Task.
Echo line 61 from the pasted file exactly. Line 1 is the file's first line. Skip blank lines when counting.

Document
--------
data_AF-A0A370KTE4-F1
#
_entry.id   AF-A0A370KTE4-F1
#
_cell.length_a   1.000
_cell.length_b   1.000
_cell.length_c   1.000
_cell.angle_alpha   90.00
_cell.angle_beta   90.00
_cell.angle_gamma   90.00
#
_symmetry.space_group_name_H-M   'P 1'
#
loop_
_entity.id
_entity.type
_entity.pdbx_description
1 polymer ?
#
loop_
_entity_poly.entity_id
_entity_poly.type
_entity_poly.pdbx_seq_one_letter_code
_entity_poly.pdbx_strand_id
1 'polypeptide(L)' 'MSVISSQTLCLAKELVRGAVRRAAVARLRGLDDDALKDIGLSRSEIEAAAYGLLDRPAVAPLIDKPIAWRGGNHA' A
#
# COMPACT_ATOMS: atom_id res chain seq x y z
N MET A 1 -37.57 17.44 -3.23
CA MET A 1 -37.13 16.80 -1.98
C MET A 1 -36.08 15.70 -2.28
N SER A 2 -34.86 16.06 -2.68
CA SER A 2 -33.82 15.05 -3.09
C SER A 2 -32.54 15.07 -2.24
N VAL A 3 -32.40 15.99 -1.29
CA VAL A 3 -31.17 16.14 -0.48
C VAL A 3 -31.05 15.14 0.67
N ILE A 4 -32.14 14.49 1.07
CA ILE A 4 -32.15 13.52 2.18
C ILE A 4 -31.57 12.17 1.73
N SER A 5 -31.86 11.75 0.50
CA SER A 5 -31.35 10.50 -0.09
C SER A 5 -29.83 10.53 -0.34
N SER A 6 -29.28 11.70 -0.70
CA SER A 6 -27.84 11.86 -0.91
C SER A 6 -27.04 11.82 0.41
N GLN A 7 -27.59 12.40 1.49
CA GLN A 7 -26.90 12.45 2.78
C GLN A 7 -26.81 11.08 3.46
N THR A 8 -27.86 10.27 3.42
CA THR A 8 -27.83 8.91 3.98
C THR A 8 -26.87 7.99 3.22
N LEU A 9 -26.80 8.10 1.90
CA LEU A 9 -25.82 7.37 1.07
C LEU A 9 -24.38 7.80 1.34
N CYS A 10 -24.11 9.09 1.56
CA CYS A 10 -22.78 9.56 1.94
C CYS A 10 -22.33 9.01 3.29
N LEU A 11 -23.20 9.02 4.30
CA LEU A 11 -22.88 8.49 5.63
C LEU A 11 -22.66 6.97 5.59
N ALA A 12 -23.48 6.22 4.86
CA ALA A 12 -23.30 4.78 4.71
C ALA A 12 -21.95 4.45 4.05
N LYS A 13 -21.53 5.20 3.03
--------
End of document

N ALA A 12 -23.48 6.22 4.86